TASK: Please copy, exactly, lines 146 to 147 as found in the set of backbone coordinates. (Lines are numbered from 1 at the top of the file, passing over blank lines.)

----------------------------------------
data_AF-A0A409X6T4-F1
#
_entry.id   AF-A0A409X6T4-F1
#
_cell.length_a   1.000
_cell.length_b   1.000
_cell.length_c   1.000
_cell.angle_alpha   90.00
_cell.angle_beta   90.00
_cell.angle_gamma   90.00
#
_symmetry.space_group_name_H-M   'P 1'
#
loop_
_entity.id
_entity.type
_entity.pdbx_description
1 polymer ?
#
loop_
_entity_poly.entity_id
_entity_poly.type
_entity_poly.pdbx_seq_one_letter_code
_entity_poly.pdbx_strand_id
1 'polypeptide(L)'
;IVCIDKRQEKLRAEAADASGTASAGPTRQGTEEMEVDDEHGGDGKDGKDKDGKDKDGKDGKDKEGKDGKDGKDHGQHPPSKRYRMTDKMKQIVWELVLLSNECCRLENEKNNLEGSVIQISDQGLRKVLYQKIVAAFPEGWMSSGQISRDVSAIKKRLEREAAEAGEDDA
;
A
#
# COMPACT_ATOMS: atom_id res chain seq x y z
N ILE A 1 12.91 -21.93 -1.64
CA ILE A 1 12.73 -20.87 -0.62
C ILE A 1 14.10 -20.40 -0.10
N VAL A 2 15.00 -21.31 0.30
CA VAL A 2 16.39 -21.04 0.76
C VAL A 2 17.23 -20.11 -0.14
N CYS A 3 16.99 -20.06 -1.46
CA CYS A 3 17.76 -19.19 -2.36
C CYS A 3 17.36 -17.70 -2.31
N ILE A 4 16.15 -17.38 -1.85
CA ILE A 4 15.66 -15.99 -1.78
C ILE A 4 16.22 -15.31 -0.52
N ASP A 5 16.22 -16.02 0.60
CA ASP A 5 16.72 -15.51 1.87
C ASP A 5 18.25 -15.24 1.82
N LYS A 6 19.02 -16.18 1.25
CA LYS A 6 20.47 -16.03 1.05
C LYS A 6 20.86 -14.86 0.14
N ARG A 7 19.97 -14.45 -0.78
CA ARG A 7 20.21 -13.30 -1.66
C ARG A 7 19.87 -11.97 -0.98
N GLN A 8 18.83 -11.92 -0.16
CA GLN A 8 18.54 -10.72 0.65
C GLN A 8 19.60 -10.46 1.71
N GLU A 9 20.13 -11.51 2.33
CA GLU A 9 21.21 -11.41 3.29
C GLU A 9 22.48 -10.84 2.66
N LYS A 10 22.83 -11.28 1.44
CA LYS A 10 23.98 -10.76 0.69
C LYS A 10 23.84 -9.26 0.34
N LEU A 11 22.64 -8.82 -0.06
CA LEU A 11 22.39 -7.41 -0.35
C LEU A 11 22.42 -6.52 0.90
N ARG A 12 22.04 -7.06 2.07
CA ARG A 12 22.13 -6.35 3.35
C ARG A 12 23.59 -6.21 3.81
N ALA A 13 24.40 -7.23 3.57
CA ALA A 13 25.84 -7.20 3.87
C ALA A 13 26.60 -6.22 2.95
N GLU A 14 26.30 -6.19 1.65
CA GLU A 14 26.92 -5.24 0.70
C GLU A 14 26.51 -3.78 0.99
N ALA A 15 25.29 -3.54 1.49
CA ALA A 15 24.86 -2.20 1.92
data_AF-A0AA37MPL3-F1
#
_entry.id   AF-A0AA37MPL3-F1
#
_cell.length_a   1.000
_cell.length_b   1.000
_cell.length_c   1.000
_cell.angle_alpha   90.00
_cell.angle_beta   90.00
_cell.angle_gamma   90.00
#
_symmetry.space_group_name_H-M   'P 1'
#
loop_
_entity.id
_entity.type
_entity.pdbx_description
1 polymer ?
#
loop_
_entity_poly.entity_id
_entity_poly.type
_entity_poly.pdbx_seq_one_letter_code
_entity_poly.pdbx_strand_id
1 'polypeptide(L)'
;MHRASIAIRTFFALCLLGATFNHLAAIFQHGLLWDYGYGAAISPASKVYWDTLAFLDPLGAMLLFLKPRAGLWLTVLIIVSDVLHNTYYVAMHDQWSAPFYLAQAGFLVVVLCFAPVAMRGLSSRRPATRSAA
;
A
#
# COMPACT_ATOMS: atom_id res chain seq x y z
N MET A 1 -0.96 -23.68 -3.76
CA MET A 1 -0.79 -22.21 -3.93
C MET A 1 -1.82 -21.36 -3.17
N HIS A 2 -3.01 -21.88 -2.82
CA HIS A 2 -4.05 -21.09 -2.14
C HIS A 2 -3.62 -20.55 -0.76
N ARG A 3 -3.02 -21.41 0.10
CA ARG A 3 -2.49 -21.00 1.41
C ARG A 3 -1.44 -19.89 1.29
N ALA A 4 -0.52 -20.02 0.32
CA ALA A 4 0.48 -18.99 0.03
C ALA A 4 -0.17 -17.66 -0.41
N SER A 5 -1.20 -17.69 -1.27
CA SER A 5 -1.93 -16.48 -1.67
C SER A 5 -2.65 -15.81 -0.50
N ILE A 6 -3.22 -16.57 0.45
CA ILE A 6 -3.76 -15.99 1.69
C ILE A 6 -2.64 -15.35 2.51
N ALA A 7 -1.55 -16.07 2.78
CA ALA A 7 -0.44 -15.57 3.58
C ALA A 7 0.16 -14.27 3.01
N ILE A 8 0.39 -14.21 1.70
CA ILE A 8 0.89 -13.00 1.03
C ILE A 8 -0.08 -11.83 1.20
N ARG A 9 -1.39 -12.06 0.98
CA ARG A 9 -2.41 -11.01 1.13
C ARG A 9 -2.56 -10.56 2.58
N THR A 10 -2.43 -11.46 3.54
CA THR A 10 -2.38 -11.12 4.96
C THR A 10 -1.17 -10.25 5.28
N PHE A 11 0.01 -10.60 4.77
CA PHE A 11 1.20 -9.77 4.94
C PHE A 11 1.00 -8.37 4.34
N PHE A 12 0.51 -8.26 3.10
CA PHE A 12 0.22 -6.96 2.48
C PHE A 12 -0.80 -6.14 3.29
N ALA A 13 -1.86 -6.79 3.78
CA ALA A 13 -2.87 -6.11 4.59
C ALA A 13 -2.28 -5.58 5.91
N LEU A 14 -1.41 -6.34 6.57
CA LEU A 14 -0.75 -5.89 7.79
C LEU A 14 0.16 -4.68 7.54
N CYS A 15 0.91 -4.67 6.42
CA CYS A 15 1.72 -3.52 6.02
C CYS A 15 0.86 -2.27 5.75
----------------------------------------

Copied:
C LEU A 14 0.16 -4.68 7.54
N CYS A 15 0.91 -4.67 6.42